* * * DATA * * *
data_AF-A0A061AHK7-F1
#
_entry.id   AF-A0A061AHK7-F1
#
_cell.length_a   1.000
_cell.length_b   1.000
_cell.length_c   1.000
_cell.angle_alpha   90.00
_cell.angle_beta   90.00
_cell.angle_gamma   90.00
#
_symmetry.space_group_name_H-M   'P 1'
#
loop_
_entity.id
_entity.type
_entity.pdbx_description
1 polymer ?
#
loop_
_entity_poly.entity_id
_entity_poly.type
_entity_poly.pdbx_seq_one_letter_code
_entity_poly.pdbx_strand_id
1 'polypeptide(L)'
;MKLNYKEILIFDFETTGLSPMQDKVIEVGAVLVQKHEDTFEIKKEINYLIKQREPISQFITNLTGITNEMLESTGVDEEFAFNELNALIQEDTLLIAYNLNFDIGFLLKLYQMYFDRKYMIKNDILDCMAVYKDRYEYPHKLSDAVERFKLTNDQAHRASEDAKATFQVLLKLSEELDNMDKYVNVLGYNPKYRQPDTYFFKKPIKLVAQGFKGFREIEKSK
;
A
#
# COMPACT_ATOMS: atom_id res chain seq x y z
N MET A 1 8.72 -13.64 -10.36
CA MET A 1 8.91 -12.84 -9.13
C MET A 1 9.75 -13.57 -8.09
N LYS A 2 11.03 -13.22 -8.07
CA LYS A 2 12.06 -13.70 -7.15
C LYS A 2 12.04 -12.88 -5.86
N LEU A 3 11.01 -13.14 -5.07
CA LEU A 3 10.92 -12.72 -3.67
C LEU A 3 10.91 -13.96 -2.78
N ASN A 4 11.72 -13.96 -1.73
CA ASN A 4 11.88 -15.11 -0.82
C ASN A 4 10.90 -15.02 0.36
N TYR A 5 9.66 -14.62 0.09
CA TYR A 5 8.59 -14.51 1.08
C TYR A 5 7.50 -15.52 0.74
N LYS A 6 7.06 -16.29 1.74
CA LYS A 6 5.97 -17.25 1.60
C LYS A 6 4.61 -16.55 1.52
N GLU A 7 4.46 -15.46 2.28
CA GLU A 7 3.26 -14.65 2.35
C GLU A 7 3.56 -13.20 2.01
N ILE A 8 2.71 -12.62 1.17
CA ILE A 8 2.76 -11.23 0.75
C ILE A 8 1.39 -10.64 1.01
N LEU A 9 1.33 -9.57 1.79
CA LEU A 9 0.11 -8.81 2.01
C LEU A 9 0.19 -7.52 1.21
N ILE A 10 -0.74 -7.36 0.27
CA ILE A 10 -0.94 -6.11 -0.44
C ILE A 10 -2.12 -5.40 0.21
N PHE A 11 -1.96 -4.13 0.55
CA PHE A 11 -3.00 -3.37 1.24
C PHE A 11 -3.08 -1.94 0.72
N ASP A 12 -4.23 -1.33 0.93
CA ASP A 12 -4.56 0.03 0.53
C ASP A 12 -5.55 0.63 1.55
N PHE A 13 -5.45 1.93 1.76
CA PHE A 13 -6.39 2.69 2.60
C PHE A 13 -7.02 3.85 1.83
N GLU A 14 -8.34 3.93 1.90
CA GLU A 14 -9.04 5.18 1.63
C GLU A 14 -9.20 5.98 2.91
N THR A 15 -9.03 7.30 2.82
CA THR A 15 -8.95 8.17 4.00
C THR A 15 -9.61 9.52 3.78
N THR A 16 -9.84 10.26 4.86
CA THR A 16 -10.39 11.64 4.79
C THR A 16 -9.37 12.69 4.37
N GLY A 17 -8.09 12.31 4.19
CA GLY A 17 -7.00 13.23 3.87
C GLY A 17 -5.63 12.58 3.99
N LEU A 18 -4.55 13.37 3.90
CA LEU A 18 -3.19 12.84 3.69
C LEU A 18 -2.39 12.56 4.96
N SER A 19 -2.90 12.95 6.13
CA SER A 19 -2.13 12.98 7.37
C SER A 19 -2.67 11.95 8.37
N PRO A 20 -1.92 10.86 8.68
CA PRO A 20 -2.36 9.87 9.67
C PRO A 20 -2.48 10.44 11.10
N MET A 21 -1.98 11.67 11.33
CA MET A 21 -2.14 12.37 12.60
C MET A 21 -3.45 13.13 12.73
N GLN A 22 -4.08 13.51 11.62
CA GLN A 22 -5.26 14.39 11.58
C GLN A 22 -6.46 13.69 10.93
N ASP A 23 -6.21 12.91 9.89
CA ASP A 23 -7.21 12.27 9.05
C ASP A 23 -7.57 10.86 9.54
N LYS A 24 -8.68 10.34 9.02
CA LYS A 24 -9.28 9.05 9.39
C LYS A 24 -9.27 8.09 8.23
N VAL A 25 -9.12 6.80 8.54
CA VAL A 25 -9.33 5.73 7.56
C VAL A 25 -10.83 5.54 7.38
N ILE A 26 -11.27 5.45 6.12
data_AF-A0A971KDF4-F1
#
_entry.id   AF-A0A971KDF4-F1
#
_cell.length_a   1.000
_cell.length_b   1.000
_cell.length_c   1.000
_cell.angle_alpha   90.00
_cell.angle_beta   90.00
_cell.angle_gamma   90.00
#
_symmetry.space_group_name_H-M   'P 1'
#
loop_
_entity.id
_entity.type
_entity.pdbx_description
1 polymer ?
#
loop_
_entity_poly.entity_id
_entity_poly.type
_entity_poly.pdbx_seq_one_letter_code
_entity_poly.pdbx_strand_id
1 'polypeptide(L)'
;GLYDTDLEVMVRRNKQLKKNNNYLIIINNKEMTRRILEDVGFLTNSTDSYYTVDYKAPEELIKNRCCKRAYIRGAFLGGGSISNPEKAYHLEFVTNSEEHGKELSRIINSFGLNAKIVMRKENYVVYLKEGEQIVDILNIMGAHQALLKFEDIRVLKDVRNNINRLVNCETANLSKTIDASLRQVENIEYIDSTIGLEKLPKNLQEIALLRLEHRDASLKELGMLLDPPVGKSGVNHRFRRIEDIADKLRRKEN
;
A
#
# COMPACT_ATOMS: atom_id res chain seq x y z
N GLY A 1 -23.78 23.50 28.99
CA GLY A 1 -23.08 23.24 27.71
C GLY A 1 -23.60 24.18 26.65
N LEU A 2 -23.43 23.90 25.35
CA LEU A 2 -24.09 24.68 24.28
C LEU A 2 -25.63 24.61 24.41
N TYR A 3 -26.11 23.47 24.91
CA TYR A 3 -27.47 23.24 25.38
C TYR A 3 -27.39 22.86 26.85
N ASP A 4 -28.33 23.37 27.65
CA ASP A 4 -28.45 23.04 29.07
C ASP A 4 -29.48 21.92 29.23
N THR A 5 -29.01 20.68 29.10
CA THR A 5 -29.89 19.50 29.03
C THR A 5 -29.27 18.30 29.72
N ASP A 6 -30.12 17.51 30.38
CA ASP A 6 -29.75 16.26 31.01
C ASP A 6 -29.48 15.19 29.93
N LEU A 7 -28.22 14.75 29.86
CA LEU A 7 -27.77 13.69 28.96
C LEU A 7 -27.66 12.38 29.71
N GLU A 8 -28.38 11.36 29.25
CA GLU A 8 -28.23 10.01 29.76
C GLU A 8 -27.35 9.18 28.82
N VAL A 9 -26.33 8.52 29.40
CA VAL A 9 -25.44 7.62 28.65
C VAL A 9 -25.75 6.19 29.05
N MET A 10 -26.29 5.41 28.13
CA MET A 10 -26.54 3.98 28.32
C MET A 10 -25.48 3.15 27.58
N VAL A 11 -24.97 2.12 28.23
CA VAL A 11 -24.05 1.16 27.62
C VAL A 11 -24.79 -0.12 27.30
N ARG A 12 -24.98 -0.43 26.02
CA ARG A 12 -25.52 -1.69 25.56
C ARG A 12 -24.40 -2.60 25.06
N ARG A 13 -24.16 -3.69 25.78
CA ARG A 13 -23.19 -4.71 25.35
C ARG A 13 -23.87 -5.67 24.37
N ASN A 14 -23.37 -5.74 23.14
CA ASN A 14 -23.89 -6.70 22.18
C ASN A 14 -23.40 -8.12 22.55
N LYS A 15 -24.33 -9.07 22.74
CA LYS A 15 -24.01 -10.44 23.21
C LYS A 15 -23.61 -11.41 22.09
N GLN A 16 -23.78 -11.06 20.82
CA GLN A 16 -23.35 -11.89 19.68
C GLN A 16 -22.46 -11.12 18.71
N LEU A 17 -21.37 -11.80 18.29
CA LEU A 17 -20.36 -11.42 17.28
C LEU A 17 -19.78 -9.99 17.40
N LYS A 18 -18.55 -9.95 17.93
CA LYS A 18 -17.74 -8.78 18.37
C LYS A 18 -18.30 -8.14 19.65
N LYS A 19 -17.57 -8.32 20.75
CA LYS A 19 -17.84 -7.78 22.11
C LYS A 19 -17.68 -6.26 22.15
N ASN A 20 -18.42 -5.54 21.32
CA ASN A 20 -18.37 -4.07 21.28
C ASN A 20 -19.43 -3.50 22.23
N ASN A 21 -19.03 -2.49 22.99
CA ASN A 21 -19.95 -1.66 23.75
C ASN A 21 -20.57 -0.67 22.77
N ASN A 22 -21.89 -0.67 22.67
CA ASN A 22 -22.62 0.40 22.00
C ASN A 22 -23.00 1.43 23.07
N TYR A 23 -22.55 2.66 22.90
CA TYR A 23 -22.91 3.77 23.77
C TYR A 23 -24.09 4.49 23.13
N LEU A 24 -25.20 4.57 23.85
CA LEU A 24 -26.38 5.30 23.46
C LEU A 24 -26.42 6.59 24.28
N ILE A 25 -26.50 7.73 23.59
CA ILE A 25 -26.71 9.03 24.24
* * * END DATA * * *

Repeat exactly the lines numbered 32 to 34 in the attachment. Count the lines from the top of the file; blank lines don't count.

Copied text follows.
CA MET A 1 8.91 -12.84 -9.13
C MET A 1 9.75 -13.57 -8.09
N LYS A 2 11.03 -13.22 -8.07